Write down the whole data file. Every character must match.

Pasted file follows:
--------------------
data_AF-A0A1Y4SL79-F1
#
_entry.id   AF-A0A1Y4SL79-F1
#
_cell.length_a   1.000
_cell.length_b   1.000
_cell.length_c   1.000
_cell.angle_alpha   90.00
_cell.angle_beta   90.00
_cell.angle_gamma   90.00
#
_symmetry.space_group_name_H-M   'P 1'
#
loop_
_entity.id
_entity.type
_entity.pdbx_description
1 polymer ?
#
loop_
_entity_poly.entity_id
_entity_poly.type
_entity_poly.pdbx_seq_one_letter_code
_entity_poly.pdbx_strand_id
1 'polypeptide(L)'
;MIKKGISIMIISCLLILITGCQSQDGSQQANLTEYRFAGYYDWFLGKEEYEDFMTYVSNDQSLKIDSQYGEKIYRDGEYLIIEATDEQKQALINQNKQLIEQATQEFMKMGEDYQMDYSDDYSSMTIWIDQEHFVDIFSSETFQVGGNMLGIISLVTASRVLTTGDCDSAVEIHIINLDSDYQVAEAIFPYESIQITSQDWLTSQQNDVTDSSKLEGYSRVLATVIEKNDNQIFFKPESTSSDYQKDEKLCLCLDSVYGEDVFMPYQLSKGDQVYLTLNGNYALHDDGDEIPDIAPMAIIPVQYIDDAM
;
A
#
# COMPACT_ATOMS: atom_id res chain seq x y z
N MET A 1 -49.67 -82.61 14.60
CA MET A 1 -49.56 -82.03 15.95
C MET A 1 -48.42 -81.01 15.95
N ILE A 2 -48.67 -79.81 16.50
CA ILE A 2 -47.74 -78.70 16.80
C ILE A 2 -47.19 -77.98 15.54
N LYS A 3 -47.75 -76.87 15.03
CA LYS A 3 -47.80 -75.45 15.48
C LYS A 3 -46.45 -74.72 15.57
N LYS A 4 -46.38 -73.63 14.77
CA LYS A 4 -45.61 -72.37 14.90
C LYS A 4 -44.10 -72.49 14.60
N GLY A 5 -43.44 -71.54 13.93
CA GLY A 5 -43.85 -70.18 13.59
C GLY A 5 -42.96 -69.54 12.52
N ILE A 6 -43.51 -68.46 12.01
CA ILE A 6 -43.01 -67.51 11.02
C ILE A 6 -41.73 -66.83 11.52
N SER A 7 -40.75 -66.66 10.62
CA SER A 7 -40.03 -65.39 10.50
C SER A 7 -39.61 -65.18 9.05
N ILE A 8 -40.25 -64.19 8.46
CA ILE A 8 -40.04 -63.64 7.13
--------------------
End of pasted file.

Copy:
data_AF-A0A1Y4SL79-F1
#
_entry.id   AF-A0A1Y4SL79-F1
#
_cell.length_a   1.000
_cell.length_b   1.000
_cell.length_c   1.000
_cell.angle_alpha   90.00
_cell.angle_beta   90.00
_cell.angle_gamma   90.00
#
_symmetry.space_group_name_H-M   'P 1'
#
loop_
_entity.id
_entity.type
_entity.pdbx_description
1 polymer ?
#
loop_
_entity_poly.entity_id
_entity_poly.type
_entity_poly.pdbx_seq_one_letter_code
_entity_poly.pdbx_strand_id
1 'polypeptide(L)'
;MIKKGISIMIISCLLILITGCQSQDGSQQANLTEYRFAGYYDWFLGKEEYEDFMTYVSNDQSLKIDSQYGEKIYRDGEYLIIEATDEQKQALINQNKQLIEQATQEFMKMGEDYQMDYSDDYSSMTIWIDQEHFVDIFSSETFQVGGNMLGIISLVTASRVLTTGDCDSAVEIHIINLDSDYQVAEAIFPYESIQITSQDWLTSQQNDVTDSSKLEGYSRVLATVIEKNDNQIFFKPESTSSDYQKDEKLCLCLDSVYGEDVFMPYQLSKGDQVYLTLNGNYALHDDGDEIPDIAPMAIIPVQYIDDAM
;
A
#
# COMPACT_ATOMS: atom_id res chain seq x y z
N MET A 1 -49.67 -82.61 14.60
CA MET A 1 -49.56 -82.03 15.95
C MET A 1 -48.42 -81.01 15.95
N ILE A 2 -48.67 -79.81 16.50
CA ILE A 2 -47.74 -78.70 16.80
C ILE A 2 -47.19 -77.98 15.54
N LYS A 3 -47.75 -76.87 15.03
CA LYS A 3 -47.80 -75.45 15.48
C LYS A 3 -46.45 -74.72 15.57
N LYS A 4 -46.38 -73.63 14.77
CA LYS A 4 -45.61 -72.37 14.90
C LYS A 4 -44.10 -72.49 14.60
N GLY A 5 -43.44 -71.54 13.93
CA GLY A 5 -43.85 -70.18 13.59
C GLY A 5 -42.96 -69.54 12.52
N ILE A 6 -43.51 -68.46 12.01
CA ILE A 6 -43.01 -67.51 11.02
C ILE A 6 -41.73 -66.83 11.52
N SER A 7 -40.75 -66.66 10.62
CA SER A 7 -40.03 -65.39 10.50
C SER A 7 -39.61 -65.18 9.05
N ILE A 8 -40.25 -64.19 8.46
CA ILE A 8 -40.04 -63.64 7.13